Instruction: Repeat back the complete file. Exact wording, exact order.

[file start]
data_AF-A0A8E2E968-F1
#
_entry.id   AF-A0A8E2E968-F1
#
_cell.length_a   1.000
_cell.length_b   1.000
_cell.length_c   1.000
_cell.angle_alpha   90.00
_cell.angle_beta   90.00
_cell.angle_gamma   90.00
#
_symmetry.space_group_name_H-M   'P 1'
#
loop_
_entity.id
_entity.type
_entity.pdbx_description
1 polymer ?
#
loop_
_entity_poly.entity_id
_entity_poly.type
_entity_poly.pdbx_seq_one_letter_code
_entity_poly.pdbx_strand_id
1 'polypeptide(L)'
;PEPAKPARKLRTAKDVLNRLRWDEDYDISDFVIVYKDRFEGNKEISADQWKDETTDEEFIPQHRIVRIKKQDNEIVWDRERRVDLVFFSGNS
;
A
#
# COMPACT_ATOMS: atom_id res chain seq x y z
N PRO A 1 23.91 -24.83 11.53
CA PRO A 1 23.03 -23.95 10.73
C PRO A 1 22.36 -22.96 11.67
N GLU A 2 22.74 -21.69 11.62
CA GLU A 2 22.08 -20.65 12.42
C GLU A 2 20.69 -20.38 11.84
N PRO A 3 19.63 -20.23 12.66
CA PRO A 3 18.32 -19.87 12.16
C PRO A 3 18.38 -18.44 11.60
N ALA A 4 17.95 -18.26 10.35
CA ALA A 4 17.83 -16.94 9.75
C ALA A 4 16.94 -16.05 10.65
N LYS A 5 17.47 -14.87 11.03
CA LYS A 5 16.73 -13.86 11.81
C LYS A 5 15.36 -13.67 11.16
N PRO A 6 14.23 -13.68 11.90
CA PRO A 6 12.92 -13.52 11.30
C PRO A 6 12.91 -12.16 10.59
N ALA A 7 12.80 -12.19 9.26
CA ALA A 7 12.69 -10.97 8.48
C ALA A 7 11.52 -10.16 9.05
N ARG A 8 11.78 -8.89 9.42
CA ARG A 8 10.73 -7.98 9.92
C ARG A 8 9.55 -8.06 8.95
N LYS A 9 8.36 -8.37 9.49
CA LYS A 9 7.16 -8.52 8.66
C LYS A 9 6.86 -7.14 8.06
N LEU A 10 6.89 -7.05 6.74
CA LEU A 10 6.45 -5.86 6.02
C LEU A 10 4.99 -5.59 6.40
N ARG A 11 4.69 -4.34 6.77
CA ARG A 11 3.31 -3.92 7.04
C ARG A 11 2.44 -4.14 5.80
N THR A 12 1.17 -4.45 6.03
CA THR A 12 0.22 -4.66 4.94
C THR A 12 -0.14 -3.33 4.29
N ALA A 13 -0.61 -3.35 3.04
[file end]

data_AF-A0A8E2E968-F1
#
_entry.id   AF-A0A8E2E968-F1
#
_cell.length_a   1.000
_cell.length_b   1.000
_cell.length_c   1.000
_cell.angle_alpha   90.00
_cell.angle_beta   90.00
_cell.angle_gamma   90.00
#
_symmetry.space_group_name_H-M   'P 1'
#
loop_
_entity.id
_entity.type
_entity.pdbx_description
1 polymer ?
#
loop_
_entity_poly.entity_id
_entity_poly.type
_entity_poly.pdbx_seq_one_letter_code
_entity_poly.pdbx_strand_id
1 'polypeptide(L)'
;PEPAKPARKLRTAKDVLNRLRWDEDYDISDFVIVYKDRFEGNKEISADQWKDETTDEEFIPQHRIVRIKKQDNEIVWDRERRVDLVFFSGNS
;
A
#
# COMPACT_ATOMS: atom_id res chain seq x y z
N PRO A 1 23.91 -24.83 11.53
CA PRO A 1 23.03 -23.95 10.73
C PRO A 1 22.36 -22.96 11.67
N GLU A 2 22.74 -21.69 11.62
CA GLU A 2 22.08 -20.65 12.42
C GLU A 2 20.69 -20.38 11.84
N PRO A 3 19.63 -20.23 12.66
CA PRO A 3 18.32 -19.87 12.16
C PRO A 3 18.38 -18.44 11.60
N ALA A 4 17.95 -18.26 10.35
CA ALA A 4 17.83 -16.94 9.75
C ALA A 4 16.94 -16.05 10.65
N LYS A 5 17.47 -14.87 11.03
CA LYS A 5 16.73 -13.86 11.81
C LYS A 5 15.36 -13.67 11.16
N PRO A 6 14.23 -13.68 11.90
CA PRO A 6 12.92 -13.52 11.30
C PRO A 6 12.91 -12.16 10.59
N ALA A 7 12.80 -12.19 9.26
CA ALA A 7 12.69 -10.97 8.48
C ALA A 7 11.52 -10.16 9.05
N ARG A 8 11.78 -8.89 9.42
CA ARG A 8 10.73 -7.98 9.92
C ARG A 8 9.55 -8.06 8.95
N LYS A 9 8.36 -8.37 9.49
CA LYS A 9 7.16 -8.52 8.66
C LYS A 9 6.86 -7.14 8.06
N LEU A 10 6.89 -7.05 6.74
CA LEU A 10 6.45 -5.86 6.02
C LEU A 10 4.99 -5.59 6.40
N ARG A 11 4.69 -4.34 6.77
CA ARG A 11 3.31 -3.92 7.04
C ARG A 11 2.44 -4.14 5.80
N THR A 12 1.17 -4.45 6.03
CA THR A 12 0.22 -4.66 4.94
C THR A 12 -0.14 -3.33 4.29
N ALA A 13 -0.61 -3.35 3.04